This October, Norwegian air traffic services reached a milestone . From Avinor’s Remote Tower Centre in Bodø, the first commercial passenger flight was guided to the Arctic island airport of Røst off the coast of Norway. Remote tower means that flight information officers or air traffic controllers are physically located in a tower centre, while the airport may be hundreds of kilometres away. High-tech cameras and sensors provide tower personnel with all important information at any time. For the team at Avinor Air Navigation Services, this operation is not only meant to secure a successful remote landing. It is a start to a new era in aviation. Why and how explains Jan Østby, Project Director for Remote Towers at Avinor Air Navigation Services.
The Landing Is a Start to a New Era
It was a great moment for Jan Østby and his team watching the landing in Røst from the remote tower in Bodø on the seamless panoramic screen. “It was exciting – years of intense development and collaboration with our partners KONGSBERG Defense and Indra came to a great result. As the aircraft approached, we had good contact and a good visual observation of the Widerøe aircraft until it landed. The remote tower system worked perfectly, as we had planned.”
The new technology will change the lives of people in small, rural communities significantly in a positive way.
But this is just the beginning. Avinor Navigation Services currently is building the world’s largest remote-controlled Tower Centre in Bodø. Once the team has moved, it will be operating five airports: Røst, Vardø, Hasvik, Berlevåg, Meham. By 2022 15 airports will be serviced, all small, rural communities, spread all over Norway plus the middle-sized airport of Bodø itself. For Jan Østby this is a huge step. “The new technology will change the lives of people in small, rural communities significantly in a positive way.”
Reliable Service for Small Communities
Remote Towers first off all improve the quality and efficiency of airport operations in small communities. “In Norway, we have many small airports with little traffic. 2, 3 flights a day. The costs for the maintenance of towers and staff are expensive, plus, the service at small communities is vulnerable, due to the lack of staff”, Østby explains. But the people who live in these regions rely on air traffic. Aviation plays a key role in Norway’s economy, supply, tourism, and also the health sector: more than 30,000 ambulance journeys are made by air every year. “Remote towers for small communities deliver better, reliable service”, says Østby, “in the tower centre we can offer longer opening hours and immediate service in case of emergency.”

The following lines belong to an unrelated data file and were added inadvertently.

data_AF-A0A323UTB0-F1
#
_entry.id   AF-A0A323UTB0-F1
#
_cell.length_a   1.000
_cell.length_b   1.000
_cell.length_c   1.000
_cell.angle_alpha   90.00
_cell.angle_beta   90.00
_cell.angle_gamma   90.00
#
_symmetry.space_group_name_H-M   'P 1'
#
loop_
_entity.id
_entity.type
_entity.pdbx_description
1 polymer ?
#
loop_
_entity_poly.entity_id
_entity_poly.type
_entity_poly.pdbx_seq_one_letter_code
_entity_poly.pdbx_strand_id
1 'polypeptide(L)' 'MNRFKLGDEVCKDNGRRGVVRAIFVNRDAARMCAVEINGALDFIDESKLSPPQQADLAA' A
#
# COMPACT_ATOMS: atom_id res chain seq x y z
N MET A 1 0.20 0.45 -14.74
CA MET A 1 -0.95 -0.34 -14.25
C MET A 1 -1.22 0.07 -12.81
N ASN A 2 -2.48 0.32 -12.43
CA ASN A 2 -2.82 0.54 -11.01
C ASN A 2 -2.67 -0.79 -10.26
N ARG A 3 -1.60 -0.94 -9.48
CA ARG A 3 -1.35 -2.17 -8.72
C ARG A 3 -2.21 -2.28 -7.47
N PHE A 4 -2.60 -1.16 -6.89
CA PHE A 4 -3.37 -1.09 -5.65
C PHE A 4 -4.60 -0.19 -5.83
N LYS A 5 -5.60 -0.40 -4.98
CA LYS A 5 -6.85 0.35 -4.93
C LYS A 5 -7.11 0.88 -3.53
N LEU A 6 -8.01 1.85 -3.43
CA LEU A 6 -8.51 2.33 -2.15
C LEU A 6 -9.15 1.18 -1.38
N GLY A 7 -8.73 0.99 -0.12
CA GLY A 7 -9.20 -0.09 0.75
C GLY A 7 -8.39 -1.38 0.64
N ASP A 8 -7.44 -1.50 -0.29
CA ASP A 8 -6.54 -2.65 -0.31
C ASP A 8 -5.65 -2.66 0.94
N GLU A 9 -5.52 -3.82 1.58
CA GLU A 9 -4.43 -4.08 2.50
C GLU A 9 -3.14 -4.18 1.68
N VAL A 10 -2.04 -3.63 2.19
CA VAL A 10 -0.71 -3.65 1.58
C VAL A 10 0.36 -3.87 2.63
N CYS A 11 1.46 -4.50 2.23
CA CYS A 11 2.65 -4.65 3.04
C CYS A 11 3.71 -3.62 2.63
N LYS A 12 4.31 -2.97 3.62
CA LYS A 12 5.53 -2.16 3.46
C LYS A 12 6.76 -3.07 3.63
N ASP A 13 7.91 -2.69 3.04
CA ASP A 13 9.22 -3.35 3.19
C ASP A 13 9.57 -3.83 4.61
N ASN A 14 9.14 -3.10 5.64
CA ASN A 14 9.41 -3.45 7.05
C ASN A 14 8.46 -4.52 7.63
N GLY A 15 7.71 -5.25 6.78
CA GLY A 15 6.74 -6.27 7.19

Military High-Tech Systems
Once finished, around 60 people will be working in the Remote Tower Centre of Bodø. According to Østby, this is a big opportunity especially for the operators. “Air traffic controllers and flight information officers get to work with the technology of the highest standards. Cutting-edge 360-degree cameras in HD-quality and infrared-night view provide a precise out-of-the-window view. Zooming, tracking and realtime sensor technology delivers better and more precise data than conventional towers.” In comparison, at some small airports, operators currently work with a microphone and a piece of paper only. Bodø will be installed as a knowledge and training hub, with knowledge sharing and continuous further development. Østby is convinced: “This technology is a massive change and opens many opportunities which we cannot even imagine today.”
This technology is a massive change and opens many opportunities which we cannot even imagine.today
Better Safety Than Conventional Towers
In aviation, safety is paramount. To ensure highest safety standards, Kongsberg Defense & Aerospace and Indra delivered High-end precision technology, originally developed for the military. The System is unique in terms of precision, sensor technology and the security of control systems, even under extreme circumstances. “We have tested the system thoroughly with regards to low temperatures, ice and snow”, Østby points out. “At the landing airports, we use cameras and sensors, that are based on the very strict Arctic climate standards. The camera at Røst has been running in test mode for two years without any problems.” In the case of mechanical problems, there is maintenance staff in place, and in the eventuality of total failure, there are redundant systems. Since the beginning of the project, the Remote Tower Team had a close dialogue with the Norwegian Civil Aviation authorities and the system has received its first stamp of approval.
Definition of International Standards and Rules
Østby and his team are also in touch with other developers of Remote Tower Technology, e.g. in Sweden and Germany. “There is cooperation to define the standards, and the definition of rules”, says Østby. But there is also competition. With the unique, sophisticated technology, that is also suitable for extreme weather conditions, Østby is positive, that the Norwegian system could be rolled out successfully in other countries. And what about further plans for Norway?
Remote Operating of the New Airport
By 2025 Avinor plans to move the airport of Bodø to a new bigger terrain to build one of the most modern airports in the world. “Avinor’s ambition is to operate all flights of this new airport completely from the Remote Tower Center.” An ambitious goal, as the new airport is going to be a hub with also international flights. Jan Østby imagines that in 20 years, Norway’s entire air traffic will be operated from three or four Tower Centres. In the distant future, it is also thinkable to operate starts and landings are operated with artificial intelligence. Østby is convinced: “The future of air navigation is virtual, that’s clear.”